Feb 18, 2016
C Corporation law firm sees huge tax bill
The United States Tax Court held a Chicago law firm liable for negligence penalties for mischaracterizing payments to shareholder attorneys as compensation for services rather than dividends.
Many personal service firms, such as law firms and accounting firms, operate as C corporations for tax purposes. But C corporation earnings are subject to a double tax. First is a corporate income tax imposed on the corporation’s net earnings. Second, after the earnings are distributed to shareholders as dividends, each shareholder must pay taxes separately on their share of the dividends. The Chicago law firm attempted to avoid the double tax by distributing its income as salary to shareholder-employees.
The law firm employed approximately 150 attorneys, about 65 of whom were shareholders. The firm also employed non-attorney staff of about 270. Shareholder attorneys were entitled to receive a dividend if declared by the board of directors, but no dividend had ever been declared. As a matter of course, in November or December of the prior year, the board of directors established a budget including expected compensation for shareholder-employees.
Over the year, each shareholder-employee received only a percentage of his expected compensation with the expectation of receiving an additional amount as a yearend bonus. The board calculated the shareholders’ cumulative yearend bonus to exhaust book income. Shareholder-employees shared in the bonus pool in proportion to their shareholder percentage.
Yearend bonuses were treated as compensation and reported on Form W-2 with the proper employment tax withheld. The Form W-2s were provided to the firm’s outside accounting firm and the corporate tax return was prepared by taking a compensation deduction for the yearend bonuses.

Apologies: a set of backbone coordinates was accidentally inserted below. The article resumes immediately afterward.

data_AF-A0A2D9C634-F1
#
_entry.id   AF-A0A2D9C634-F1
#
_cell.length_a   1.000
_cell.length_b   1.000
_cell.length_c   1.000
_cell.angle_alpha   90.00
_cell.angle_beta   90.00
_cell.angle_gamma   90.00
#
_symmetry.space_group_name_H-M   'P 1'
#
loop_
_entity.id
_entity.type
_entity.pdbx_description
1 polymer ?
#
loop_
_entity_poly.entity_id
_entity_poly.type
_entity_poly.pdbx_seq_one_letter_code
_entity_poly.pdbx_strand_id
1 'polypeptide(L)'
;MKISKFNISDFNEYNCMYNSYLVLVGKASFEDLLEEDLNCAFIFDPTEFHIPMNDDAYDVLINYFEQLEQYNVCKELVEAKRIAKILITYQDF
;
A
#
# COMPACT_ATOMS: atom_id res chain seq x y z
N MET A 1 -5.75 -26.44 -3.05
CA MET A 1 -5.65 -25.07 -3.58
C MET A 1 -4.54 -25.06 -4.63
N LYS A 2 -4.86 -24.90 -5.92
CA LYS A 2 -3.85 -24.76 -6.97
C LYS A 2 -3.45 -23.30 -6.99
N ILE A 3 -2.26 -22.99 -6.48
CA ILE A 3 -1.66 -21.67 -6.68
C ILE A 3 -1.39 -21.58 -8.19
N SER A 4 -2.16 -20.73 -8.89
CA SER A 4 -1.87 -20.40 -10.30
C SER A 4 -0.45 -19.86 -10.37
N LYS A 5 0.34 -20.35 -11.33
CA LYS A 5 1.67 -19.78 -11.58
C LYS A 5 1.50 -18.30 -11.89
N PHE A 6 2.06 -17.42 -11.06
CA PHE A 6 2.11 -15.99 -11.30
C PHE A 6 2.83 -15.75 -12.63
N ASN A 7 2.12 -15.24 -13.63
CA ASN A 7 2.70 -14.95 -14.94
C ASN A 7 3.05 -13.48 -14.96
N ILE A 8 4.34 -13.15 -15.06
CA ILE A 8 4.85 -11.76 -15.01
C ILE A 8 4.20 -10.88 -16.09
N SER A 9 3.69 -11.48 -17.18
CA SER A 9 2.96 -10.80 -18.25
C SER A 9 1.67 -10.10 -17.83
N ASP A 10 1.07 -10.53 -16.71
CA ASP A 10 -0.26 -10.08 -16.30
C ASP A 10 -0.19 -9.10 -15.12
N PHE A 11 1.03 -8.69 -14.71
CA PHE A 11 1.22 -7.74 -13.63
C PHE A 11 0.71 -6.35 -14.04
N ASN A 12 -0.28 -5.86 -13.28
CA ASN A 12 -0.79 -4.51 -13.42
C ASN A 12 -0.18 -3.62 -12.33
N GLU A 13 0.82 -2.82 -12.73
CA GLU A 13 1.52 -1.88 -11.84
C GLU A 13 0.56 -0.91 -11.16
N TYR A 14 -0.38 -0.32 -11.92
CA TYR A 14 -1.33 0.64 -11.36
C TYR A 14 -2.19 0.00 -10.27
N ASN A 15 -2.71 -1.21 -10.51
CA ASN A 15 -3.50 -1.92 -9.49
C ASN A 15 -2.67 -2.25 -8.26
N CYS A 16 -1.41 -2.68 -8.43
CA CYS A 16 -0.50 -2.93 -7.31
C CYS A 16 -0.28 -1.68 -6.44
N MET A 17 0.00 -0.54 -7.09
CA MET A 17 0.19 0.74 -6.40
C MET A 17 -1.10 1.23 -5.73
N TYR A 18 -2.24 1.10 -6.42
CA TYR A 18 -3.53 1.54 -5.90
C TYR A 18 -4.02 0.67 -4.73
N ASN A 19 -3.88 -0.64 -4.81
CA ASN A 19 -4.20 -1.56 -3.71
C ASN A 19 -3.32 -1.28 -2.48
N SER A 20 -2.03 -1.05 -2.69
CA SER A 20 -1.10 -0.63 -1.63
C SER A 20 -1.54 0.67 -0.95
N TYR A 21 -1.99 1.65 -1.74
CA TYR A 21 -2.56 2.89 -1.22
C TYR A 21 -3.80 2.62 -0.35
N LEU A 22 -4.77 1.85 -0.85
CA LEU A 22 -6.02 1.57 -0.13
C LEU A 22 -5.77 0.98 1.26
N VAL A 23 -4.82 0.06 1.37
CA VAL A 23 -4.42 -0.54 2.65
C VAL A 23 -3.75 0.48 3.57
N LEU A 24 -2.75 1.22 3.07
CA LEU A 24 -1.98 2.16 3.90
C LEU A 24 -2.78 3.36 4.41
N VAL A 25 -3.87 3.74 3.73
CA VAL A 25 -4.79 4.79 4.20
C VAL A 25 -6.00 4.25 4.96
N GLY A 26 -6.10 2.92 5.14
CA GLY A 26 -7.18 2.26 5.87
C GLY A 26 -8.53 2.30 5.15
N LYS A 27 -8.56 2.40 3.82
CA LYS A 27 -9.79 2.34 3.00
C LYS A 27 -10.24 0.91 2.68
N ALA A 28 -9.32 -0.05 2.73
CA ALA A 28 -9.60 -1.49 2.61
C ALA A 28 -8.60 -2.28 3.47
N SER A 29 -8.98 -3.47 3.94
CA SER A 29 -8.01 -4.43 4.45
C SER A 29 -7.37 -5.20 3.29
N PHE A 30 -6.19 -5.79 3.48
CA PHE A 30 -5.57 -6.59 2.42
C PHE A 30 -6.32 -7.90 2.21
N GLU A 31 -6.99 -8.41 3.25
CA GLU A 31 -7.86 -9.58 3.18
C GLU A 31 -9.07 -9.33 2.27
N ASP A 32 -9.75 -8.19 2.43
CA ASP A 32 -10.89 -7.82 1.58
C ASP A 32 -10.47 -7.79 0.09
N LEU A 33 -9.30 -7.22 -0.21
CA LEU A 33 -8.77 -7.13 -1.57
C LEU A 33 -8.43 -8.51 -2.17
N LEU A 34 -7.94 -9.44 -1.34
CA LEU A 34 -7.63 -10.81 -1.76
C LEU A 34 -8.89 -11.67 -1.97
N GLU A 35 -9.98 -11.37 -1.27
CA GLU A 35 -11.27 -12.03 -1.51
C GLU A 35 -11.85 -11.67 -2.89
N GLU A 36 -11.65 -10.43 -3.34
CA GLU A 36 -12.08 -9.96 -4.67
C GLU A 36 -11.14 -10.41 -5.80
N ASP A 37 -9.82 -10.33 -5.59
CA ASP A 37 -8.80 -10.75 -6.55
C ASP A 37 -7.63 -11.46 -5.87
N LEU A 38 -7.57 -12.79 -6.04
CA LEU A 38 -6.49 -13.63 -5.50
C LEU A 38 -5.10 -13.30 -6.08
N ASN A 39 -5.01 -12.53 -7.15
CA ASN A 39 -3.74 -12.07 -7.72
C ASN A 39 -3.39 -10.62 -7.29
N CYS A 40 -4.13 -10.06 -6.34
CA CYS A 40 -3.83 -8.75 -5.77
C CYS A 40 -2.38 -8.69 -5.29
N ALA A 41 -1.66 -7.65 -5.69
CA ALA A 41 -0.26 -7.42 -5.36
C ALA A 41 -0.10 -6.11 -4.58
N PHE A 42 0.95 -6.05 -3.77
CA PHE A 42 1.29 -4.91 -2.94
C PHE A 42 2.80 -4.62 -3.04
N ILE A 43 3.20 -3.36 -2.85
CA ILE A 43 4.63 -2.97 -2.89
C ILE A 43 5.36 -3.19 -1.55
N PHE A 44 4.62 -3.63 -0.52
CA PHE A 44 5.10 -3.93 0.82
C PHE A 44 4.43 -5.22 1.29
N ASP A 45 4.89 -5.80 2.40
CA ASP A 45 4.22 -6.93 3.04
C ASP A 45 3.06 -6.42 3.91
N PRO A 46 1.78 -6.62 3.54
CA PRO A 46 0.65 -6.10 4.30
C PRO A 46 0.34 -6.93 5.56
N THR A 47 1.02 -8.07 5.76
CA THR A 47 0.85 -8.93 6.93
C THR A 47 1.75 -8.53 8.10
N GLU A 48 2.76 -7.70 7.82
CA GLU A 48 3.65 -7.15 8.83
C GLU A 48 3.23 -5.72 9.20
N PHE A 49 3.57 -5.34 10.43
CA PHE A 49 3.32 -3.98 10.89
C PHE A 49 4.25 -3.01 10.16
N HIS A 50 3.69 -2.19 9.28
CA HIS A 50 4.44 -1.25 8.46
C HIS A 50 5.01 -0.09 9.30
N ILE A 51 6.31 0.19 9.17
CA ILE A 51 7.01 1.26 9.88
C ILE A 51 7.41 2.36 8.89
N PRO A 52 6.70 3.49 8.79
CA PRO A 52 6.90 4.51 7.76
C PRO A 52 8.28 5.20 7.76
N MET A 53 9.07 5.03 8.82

The Tax Court ruled that taking a compensation deduction for the yearend bonus was not reasonable. First, the Court reasoned that amounts paid to shareholder-employees that are attributable to the services of nonshareholder employees must be nondeductible dividends. The Court stated that “… when a thriving firm that has nontrivial capital reports no corporate income, it is apparent that the firm is understating its tax liability.” Second, the tax characterization was not reasonable because of the independent investor test. The Court stated that “… if the bulk of the corporation’s earnings are being paid out in the form of compensation, so that the corporate profits, after payments of the compensation, do not represent a reasonable return on the shareholder’s equity in the corporation, then an independent shareholder would probably not approve of the compensation arrangement.” The Court also ruled that the law firm could not reasonably rely on the advice of its accounting firm because the accounting firm never gave advice regarding the tax deductibility of the yearend bonuses.
Here, the Court failed to recognize the distinction between personal service firms and other businesses. The independent investor test essentially views the facts from the perspective of a hypothetical independent investor having no management role to determine the reasonableness of the compensation paid to the shareholder-employees. However, personal service firms do not have outside investors and their shareholders are generally active participants. Therefore the independent investor test was a poor indicator to determine reasonable compensation for the law firm.
Nevertheless, personal service firms operating as C corporations should consider themselves on notice that distributing corporate earnings to employees as salary to reduce corporate tax liability may be successfully challenged by the IRS. These firms could consider reorganizing as an S corporation or partnership which are entities generally not subject to federal income tax.
The lesson here is that engaging knowledgeable tax counsel is indispensable—whether making choice of entity decisions or challenging IRS positions.
This Chuhak & Tecson, P.C. communication is intended only to provide information regarding developments in the law and information of general interest. It is not intended to constitute advice regarding legal problems and should not be relied upon as such.
Client Alert authored by: David B. Shiner, Principal
 Brinks Gilson & Lione v. Commissioner, T.C. Memo 2016-20 (February 10, 2016)